reforestation and climate change solution

Sacred Seedlings is a global initiative to support forest conservation, reforestation, urban forestry, carbon capture, sustainable agriculture and wildlife conservation. Sustainable land management and land use are critical to the survival of entire ecosystems.

Sacred Seedlings is a U.S.-based program that supports the vision of local stakeholders. We have projects ready across Africa. We seek additional projects elsewhere around the world. We also seek volunteers, sponsors and donors of cash and in-kind support. Write to Gary Chandler for more information gary@crossbow1.com

Coalition Working To Save Kilimanjaro Ecosystem

Fighting Climate Change, Defending Ecosystems

Mother Nature is showing her wear and tear. Climate change, pollution, deforestation, endangered species and poverty are getting worse by the day and they impact the sustainability of life as we know it.

Fortunately, a massive conservation plan in East Africa is ready to make a lasting impact on all of these issues at once. The model is replicable and scalable for countries and communities around the world. The key is to get as many trees in the ground as possible—as soon as possible (visit “Africa Plan” on the menu bar above for more detail).

deforestation Tanzania and Kenya

The program, Sacred Seedlings, aims to fight climate change, wildlife poaching, loss of wildlife habitat, and poverty around the world. Under the guidance of local NGOs and government, five massive projects are ready to begin immediately in Burundi, Kenya, Rwanda, Tanzania and Uganda.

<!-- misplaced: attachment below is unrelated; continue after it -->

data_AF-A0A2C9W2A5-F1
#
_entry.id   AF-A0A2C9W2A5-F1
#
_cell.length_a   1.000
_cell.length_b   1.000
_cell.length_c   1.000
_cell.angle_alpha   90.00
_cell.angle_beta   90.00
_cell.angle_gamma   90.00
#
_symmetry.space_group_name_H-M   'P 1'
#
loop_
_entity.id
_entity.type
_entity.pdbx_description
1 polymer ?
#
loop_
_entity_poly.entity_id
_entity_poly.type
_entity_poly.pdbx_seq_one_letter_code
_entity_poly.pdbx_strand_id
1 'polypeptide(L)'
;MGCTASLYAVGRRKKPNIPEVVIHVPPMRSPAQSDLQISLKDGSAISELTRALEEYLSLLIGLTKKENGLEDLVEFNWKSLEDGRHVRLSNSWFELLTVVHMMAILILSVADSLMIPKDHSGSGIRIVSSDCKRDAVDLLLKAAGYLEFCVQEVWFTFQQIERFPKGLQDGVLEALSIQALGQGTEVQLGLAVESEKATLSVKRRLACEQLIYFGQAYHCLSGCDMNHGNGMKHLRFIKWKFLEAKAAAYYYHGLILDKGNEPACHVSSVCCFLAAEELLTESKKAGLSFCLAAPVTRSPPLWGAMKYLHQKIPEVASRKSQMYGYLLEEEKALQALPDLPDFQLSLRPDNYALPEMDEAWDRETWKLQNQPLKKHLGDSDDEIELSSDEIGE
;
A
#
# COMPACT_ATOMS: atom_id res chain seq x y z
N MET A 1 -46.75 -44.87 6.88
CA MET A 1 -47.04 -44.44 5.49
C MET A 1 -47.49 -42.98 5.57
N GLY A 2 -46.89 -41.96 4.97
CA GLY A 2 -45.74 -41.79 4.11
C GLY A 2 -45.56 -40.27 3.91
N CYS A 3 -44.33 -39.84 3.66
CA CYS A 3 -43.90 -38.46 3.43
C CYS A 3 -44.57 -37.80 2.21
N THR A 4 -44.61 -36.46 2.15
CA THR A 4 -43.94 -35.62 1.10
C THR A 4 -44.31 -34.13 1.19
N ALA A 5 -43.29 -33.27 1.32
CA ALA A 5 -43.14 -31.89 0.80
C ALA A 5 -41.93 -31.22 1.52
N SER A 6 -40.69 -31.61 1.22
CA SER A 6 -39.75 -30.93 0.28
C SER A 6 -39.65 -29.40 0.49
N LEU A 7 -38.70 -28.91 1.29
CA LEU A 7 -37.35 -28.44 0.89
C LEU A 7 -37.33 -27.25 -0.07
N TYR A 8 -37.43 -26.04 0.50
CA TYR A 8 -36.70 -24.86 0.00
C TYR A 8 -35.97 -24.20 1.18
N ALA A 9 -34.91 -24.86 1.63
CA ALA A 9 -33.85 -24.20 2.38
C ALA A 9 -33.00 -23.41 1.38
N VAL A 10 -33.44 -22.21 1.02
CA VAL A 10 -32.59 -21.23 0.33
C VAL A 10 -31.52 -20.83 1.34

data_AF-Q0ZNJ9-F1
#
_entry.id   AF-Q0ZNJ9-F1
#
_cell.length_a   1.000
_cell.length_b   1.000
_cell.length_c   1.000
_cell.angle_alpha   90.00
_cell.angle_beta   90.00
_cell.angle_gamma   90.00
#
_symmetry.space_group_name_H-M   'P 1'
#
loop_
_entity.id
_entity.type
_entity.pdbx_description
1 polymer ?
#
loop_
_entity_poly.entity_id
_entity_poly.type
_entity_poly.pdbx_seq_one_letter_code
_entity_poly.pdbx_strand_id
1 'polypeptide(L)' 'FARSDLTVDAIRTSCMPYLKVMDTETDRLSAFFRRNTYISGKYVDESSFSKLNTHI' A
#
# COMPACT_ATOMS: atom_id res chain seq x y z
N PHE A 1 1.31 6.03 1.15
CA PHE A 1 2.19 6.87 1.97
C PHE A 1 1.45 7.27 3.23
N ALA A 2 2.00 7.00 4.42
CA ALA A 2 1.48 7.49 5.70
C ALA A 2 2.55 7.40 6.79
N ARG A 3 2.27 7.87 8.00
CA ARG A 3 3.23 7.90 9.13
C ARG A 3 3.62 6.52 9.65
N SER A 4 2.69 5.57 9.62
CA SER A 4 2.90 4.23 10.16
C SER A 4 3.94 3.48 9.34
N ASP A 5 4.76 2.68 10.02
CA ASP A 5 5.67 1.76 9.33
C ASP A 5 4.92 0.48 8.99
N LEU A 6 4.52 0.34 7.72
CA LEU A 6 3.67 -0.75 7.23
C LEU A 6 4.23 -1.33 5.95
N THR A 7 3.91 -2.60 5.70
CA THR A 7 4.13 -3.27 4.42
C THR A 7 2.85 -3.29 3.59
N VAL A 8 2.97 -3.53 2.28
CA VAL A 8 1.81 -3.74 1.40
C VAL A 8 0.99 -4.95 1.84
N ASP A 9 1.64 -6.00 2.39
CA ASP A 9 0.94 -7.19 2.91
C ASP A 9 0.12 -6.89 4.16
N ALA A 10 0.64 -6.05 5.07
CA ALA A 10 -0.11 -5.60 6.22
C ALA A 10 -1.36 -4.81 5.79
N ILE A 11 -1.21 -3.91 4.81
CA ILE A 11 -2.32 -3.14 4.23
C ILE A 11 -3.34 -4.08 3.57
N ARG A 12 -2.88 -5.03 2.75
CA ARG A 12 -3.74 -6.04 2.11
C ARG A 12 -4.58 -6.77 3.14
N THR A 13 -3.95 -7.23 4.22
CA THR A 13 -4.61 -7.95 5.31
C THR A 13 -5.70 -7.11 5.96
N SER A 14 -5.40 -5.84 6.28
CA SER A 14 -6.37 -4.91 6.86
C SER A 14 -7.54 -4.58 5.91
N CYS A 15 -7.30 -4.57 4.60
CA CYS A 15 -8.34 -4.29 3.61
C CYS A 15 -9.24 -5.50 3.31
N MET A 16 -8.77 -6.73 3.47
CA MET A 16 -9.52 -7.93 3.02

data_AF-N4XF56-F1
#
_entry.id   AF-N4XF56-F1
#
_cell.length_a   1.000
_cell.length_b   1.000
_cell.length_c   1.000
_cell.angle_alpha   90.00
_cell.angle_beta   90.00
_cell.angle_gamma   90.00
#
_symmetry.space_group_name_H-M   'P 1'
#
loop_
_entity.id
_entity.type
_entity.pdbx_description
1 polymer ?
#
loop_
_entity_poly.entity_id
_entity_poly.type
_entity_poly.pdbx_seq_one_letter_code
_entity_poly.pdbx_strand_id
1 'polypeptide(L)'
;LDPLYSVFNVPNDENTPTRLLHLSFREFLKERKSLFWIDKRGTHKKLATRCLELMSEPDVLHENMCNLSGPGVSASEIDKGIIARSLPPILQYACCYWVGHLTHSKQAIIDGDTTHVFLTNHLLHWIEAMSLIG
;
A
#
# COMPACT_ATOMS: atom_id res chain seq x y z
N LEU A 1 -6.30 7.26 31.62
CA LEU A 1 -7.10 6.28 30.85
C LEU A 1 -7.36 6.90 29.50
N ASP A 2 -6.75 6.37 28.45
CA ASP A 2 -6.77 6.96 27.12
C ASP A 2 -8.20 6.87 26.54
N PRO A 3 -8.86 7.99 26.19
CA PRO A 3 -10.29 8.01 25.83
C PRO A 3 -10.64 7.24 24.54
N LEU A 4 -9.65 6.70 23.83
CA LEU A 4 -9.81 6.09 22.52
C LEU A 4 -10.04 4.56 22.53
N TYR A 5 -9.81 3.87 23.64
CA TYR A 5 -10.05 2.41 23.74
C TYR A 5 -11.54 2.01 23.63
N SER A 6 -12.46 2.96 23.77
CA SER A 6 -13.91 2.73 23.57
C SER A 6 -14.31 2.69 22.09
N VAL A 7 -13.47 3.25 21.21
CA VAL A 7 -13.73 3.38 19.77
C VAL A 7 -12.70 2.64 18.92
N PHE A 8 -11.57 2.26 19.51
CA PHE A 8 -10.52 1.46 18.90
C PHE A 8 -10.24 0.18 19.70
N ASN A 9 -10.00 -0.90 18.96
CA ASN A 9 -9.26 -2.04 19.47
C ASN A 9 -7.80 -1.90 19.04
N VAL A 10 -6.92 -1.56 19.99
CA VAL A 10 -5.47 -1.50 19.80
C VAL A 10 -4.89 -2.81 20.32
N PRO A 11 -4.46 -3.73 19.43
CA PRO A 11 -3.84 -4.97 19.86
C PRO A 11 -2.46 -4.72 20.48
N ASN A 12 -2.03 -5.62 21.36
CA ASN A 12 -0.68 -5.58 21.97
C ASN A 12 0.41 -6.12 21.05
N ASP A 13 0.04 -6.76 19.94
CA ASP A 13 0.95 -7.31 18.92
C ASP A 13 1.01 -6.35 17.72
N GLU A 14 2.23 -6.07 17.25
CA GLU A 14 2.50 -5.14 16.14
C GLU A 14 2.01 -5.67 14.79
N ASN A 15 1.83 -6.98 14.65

In honor of the first ever World Wildlife Day, Crossbow Communications announced that it will donate all new client revenue in 2014 to help fund this plan to save the vanishing ecosystems of East Africa. Crossbow, a global public affairs company, hopes that it’s commitment will attract new clients from around the world, especially those devoted to sustainability and wildlife conservation.  Crossbow also is contacting foundations and corporate sponsors to help fund the sustainability projects.

reforest Tanzania

Planting 10 Million Trees In Tanzania

“I’m not aware of any other company in the world that is donating all profits to wildlife and forest conservation,” said Gary Chandler, founder of Crossbow and cofounder of Sacred Seedlings. “We challenge other companies to join us as clients or donors and we will shine a very bright light on those leaders to maximize their return on investment.”